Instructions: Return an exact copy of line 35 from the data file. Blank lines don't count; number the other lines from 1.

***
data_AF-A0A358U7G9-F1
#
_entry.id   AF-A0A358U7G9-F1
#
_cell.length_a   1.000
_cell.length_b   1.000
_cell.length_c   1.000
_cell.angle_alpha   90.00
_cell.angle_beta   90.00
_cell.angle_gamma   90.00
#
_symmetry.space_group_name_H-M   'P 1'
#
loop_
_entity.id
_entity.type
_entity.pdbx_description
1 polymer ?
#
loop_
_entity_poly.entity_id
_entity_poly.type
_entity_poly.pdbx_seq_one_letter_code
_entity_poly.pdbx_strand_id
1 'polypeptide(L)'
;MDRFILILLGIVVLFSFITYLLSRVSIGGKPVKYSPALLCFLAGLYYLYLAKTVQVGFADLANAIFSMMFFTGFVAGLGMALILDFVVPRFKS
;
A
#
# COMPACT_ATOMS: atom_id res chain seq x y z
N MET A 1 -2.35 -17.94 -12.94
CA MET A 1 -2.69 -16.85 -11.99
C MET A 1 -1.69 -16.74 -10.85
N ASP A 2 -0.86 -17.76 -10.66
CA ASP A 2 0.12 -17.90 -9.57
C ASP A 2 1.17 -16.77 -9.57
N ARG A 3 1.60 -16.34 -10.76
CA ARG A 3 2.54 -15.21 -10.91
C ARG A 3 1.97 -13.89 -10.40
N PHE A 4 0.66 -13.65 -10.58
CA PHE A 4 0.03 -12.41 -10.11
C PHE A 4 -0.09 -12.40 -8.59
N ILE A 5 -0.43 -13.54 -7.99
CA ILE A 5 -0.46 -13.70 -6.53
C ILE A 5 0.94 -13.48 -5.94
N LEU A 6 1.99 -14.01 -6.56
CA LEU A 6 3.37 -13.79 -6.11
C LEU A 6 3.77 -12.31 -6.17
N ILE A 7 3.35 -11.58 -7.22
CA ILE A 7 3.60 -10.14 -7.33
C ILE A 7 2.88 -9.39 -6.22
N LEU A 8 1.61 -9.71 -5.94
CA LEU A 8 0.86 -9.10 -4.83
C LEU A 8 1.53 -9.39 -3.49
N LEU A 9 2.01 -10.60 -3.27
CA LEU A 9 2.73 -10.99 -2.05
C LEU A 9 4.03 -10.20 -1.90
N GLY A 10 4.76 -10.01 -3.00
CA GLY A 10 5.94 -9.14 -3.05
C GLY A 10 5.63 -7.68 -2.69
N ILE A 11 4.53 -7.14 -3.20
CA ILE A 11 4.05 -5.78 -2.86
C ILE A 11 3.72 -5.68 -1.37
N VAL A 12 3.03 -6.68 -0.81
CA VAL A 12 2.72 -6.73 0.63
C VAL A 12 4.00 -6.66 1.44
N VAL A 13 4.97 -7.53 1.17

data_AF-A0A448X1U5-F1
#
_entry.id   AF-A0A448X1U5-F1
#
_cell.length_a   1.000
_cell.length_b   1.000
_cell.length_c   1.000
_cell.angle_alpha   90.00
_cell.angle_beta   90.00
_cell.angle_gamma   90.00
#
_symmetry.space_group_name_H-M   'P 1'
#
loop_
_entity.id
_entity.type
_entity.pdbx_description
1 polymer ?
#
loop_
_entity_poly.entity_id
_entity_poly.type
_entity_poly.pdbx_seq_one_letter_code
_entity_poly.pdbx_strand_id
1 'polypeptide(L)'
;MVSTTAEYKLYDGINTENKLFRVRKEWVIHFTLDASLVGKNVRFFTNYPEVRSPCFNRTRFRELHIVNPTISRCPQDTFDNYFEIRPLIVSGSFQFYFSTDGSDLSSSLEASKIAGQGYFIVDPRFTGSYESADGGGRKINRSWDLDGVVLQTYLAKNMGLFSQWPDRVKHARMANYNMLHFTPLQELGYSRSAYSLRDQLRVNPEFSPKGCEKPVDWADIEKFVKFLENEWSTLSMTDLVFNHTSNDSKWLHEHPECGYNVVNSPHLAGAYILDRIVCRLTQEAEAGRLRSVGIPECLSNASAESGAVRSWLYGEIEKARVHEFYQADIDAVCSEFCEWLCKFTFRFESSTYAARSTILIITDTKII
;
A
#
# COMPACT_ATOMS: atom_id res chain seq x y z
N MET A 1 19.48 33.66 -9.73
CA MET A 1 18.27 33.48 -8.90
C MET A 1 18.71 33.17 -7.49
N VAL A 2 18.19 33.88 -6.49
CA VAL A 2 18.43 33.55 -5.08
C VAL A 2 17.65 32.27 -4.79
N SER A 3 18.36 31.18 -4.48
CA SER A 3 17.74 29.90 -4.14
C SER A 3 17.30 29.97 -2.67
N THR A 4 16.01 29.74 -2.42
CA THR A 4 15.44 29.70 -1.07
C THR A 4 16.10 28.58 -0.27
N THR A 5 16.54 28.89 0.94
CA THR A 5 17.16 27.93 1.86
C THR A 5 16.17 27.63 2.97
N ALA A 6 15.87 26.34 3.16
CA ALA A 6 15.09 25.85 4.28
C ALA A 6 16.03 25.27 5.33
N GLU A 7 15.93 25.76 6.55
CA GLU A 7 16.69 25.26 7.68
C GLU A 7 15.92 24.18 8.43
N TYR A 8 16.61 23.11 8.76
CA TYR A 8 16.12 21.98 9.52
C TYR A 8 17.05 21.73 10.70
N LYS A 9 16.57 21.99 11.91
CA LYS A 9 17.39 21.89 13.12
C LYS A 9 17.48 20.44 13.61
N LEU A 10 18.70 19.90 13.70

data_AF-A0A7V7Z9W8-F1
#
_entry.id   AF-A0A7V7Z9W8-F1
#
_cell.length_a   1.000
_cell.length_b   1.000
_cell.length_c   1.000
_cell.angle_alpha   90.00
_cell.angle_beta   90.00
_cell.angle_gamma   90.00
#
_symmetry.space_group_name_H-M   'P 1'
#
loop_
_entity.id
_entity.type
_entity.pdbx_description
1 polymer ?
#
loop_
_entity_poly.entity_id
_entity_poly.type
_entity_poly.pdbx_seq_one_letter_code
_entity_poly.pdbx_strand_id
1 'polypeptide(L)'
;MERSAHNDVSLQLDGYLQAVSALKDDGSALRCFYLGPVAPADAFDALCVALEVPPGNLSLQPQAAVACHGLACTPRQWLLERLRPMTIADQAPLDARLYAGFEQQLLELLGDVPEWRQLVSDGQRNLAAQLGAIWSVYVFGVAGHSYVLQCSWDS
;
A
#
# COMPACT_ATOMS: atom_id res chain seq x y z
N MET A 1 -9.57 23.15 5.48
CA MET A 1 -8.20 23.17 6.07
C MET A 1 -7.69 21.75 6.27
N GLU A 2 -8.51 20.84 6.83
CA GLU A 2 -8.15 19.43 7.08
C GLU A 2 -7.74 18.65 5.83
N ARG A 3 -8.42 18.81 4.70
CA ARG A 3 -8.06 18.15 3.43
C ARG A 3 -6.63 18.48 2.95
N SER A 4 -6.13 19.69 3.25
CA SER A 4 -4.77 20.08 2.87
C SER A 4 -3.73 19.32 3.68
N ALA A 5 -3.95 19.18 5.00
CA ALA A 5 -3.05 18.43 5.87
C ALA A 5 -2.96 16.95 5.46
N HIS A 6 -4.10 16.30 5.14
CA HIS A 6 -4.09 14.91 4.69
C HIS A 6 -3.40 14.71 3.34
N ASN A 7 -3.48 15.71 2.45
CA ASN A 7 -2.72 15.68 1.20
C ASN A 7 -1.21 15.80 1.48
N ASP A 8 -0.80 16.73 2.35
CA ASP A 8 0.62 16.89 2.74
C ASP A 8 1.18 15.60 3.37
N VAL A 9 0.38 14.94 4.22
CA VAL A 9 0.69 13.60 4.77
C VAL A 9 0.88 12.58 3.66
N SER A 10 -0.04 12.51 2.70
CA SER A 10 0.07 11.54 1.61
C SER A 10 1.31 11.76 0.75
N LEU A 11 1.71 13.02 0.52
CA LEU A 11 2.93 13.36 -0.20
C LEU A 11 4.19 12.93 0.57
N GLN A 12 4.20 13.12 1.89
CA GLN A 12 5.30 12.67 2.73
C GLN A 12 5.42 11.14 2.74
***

CA ASP A 2 0.12 -17.90 -9.57